Fashion is the Second Most Polluting Industry

Written by Katrina Naish - A Fitting Connection

In 2017 The series War on Waste reported that every hour Australians dump 36 tonnes of fabric waste every 1 hour. Which adds up to over 315,000 tonnes every year.

However, The Australasian Circular Textile Association (ACTA) report that figures were widely underestimated and our bad habits have increased. In fact, the figures are closer to 15 tonnes of textile waste every ten minutes (90 tonnes every 1hr). Which adds up to almost 800,000 tonnes, or 31 kilograms per person, every year.

Did you know that on average we are buying 60% more clothing than we did 15 years ago? Apart from perhaps having more disposable income, our lives have not changed that dramatically to suggest that we could possibly need and wear more clothing.  And to make it worse we are keeping our clothing half as long.  Many of our grandparents would have been lucky to have 10 different outfits. And whatever clothing they did have they would have worn it thin and then mended it or repurposed it.

One In 6 People Report They Bin 3 Garments Worn Only Once.

While Australia has a very small clothing production industry, we haven’t seemed to let that curb our shopping habits. Because Australia is the highest consumer of textiles per capita than anywhere else in the world outside of the US.

Should we mention the problems that our shopping habits have on 3rd world countries like Ghana? Imagine 20 meter high mountains of landfill with it being estimated 60% of that is textile waste.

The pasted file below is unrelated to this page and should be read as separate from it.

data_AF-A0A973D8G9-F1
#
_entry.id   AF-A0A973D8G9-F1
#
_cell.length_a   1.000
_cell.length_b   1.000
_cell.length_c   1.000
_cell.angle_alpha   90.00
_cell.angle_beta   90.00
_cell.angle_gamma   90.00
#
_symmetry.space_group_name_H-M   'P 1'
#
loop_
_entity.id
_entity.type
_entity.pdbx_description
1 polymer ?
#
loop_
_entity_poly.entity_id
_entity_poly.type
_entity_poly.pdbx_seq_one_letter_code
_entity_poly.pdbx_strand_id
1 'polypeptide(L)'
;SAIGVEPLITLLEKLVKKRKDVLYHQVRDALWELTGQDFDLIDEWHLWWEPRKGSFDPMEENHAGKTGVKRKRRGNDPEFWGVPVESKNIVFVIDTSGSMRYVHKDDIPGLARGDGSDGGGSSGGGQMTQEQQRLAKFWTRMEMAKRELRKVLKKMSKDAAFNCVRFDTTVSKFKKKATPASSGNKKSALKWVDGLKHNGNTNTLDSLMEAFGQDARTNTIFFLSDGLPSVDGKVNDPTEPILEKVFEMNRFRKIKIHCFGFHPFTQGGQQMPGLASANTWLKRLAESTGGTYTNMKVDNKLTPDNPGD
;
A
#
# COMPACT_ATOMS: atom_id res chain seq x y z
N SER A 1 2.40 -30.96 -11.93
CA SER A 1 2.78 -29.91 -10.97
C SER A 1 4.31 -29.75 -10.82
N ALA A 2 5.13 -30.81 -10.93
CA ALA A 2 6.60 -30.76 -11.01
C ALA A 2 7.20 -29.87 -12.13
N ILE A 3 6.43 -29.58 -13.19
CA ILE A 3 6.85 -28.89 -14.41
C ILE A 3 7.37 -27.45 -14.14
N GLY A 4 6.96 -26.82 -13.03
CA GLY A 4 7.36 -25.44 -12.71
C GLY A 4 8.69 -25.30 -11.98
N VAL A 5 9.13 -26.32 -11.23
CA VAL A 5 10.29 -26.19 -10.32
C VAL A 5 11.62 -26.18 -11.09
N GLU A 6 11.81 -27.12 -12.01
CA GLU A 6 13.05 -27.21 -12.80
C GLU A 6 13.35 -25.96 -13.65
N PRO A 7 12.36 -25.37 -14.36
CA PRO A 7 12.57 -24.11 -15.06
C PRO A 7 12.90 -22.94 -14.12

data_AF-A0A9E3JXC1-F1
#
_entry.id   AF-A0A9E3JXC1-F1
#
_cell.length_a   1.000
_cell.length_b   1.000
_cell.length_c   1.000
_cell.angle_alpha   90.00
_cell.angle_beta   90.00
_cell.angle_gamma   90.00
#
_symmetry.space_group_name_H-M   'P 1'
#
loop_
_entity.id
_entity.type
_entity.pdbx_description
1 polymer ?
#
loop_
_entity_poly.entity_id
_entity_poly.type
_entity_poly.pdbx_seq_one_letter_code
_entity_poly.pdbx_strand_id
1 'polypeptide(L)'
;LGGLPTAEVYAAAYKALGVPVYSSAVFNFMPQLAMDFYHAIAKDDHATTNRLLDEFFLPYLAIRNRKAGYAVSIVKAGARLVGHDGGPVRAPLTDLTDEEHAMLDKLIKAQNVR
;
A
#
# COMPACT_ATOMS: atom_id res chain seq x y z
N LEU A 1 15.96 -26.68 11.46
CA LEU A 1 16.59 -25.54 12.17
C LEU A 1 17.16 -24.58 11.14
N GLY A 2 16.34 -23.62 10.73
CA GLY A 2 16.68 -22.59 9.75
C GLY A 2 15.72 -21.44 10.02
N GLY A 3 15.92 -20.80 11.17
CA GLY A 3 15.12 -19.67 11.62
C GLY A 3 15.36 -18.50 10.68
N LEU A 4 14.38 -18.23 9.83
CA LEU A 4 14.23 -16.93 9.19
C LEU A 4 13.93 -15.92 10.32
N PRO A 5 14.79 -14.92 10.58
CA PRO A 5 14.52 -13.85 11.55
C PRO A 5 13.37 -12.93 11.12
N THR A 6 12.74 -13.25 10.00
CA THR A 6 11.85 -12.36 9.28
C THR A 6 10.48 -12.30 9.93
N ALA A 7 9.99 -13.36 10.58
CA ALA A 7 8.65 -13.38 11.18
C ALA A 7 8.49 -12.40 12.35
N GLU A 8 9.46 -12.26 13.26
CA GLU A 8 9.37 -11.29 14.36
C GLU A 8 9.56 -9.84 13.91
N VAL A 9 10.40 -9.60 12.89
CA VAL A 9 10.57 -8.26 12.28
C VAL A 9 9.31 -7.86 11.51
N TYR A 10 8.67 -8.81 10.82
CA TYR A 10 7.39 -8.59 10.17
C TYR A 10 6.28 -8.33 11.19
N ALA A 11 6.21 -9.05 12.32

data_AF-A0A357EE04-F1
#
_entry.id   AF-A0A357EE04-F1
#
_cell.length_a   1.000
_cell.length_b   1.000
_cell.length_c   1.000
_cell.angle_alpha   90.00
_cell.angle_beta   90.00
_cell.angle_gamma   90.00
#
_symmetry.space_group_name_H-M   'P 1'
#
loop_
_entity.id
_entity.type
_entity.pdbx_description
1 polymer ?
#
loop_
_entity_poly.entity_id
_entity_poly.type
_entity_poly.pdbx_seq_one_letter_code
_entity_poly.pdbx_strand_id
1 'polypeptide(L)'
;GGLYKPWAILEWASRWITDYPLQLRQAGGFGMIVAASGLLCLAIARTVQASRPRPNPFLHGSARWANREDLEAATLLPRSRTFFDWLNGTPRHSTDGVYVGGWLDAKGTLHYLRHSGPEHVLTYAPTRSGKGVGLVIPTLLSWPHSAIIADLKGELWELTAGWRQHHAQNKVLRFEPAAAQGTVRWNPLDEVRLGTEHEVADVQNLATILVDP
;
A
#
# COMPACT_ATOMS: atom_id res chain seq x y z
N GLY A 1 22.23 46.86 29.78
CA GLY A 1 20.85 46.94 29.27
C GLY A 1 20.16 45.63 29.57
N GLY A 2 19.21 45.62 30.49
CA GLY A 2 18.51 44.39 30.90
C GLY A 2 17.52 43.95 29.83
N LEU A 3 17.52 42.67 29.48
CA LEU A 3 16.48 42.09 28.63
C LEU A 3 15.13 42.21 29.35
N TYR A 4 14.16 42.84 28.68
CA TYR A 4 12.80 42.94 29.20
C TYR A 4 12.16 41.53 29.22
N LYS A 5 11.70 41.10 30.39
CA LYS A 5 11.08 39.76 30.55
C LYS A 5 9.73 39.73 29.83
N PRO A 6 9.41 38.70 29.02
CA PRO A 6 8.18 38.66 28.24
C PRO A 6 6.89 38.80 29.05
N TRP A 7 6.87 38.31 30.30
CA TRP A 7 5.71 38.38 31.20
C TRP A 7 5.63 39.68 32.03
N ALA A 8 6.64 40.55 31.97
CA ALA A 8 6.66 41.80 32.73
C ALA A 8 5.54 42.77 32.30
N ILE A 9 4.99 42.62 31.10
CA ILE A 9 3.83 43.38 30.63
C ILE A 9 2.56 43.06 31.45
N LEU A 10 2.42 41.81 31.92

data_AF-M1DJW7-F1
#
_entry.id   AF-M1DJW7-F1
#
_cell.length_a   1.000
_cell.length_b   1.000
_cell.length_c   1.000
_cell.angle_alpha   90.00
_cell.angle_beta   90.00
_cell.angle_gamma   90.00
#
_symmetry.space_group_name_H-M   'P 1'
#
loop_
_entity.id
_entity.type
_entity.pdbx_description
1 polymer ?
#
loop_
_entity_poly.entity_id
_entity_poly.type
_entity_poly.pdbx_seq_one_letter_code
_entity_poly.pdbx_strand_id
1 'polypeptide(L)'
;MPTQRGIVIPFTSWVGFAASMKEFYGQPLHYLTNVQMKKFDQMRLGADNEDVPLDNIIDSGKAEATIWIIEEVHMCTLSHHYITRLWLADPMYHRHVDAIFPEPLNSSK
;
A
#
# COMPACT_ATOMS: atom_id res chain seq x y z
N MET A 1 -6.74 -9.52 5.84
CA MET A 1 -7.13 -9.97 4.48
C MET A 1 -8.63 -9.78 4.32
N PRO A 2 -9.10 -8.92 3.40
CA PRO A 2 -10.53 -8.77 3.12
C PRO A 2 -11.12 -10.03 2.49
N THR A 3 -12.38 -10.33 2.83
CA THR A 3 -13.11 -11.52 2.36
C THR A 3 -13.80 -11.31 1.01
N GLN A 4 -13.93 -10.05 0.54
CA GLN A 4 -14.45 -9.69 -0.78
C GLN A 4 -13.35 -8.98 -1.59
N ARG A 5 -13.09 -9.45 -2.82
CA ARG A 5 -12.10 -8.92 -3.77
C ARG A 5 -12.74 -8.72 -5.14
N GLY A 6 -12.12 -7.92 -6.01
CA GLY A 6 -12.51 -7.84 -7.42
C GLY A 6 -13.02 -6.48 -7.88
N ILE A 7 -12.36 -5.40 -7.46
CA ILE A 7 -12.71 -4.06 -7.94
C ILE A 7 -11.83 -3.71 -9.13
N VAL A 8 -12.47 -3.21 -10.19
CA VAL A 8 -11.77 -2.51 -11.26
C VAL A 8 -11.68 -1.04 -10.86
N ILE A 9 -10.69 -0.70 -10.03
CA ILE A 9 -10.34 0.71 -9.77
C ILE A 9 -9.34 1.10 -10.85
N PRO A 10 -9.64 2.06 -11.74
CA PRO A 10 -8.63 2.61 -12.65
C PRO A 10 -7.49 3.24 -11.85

On top of all this, fashion production is responsible for 10% of the worlds carbon footprint.

How Can We Be Passionate About Fashion?

How can we be passionate about fashion when there is so much of it and the quality doesn’t withstand a reasonable life span. The answer is simple we become passionate about the right clothing and supporting the brands and businesses that are doing the best they can. Because many of us clothing is more than covering up and staying warm. It’s a way we express ourselves and make ourselves feel good. 

For those of us that LOVE fashion, love to shop, love a new item and how it makes us feel, it’s so hard not to be an average Australian that only wears 40% of their clothing. But it doesn’t mean you have to go without it just means you need to be smarter and more purposeful.

6 Steps To Maintain Your Passion And Reduce Your Impact

While these figures are huge, we just need to concentrate on our own wardrobe. The aim here is to ensure the items in your wardrobe all have a purpose and you’re no longer contributing to the 31kg heading to landfill each year.

1. Sort & Reduce

Ensure the items in your wardrobe are wearable. Those items that are not, sort them